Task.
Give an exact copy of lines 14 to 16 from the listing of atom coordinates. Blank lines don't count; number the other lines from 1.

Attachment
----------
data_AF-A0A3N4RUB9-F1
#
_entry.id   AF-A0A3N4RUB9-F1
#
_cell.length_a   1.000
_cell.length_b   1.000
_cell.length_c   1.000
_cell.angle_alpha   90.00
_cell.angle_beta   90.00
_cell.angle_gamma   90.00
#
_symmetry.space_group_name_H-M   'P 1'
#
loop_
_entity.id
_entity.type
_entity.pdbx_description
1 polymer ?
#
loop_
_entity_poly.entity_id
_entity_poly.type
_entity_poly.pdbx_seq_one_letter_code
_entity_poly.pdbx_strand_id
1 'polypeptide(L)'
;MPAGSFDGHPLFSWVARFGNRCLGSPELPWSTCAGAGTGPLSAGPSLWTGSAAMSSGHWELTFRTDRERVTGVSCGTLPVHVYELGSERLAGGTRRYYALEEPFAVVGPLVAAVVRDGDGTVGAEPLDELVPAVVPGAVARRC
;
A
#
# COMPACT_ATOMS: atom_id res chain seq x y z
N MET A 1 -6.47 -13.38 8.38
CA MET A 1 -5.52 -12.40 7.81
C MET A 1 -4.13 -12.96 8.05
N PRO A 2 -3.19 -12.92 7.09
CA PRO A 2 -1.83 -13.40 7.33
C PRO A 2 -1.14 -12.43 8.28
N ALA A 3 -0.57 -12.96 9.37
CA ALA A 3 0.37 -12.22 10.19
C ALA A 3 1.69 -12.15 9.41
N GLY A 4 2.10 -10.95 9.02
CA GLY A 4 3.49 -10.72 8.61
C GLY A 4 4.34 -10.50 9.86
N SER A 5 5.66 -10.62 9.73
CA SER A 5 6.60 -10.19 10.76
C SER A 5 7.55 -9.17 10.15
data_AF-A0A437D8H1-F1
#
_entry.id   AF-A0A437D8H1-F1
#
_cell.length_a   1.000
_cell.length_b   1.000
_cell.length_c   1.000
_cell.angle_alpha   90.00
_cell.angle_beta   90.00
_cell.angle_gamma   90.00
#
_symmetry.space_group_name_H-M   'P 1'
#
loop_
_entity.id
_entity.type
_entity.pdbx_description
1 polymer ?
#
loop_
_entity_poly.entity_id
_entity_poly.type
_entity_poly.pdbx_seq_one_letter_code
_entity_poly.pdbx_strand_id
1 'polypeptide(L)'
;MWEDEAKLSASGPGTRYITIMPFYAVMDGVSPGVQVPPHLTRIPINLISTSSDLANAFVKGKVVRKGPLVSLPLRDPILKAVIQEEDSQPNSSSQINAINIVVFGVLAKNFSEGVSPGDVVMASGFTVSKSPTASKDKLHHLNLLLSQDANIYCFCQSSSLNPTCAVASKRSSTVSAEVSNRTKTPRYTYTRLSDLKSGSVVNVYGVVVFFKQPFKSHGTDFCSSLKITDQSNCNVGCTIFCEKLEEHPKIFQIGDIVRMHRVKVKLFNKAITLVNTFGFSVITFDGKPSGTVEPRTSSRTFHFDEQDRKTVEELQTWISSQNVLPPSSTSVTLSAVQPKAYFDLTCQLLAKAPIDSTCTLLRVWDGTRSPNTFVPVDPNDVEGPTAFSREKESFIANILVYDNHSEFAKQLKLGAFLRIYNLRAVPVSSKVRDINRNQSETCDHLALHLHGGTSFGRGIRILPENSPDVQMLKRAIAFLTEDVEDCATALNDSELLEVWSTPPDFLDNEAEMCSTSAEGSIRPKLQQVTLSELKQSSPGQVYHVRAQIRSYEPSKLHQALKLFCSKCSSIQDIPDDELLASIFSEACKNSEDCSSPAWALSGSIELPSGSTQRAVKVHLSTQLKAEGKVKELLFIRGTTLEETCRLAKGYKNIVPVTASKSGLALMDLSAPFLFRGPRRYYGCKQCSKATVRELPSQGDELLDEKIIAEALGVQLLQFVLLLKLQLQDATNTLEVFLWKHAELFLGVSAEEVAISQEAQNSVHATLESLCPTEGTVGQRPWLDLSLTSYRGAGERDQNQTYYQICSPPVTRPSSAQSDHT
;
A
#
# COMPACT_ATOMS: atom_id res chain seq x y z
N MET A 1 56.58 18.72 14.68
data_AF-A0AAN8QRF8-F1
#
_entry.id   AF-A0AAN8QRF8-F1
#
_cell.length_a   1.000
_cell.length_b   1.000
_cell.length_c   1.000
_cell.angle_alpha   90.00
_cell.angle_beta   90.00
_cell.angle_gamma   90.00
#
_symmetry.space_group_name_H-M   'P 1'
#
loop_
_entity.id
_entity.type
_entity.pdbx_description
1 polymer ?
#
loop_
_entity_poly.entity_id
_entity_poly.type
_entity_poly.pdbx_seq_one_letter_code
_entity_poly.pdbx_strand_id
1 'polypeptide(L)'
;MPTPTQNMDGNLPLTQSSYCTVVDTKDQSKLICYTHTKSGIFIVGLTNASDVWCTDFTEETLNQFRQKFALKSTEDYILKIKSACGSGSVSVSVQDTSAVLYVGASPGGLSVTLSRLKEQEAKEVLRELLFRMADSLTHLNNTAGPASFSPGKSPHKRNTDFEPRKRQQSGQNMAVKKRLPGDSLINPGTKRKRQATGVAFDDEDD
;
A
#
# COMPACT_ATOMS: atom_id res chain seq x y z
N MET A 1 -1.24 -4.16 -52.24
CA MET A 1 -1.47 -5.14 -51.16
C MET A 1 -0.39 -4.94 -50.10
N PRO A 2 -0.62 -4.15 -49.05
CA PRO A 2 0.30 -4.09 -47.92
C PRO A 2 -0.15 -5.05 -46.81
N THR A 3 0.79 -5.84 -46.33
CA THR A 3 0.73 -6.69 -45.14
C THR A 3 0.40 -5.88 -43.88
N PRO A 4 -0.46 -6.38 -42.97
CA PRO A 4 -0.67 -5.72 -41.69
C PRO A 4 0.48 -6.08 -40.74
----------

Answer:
loop_
_entity.id
_entity.type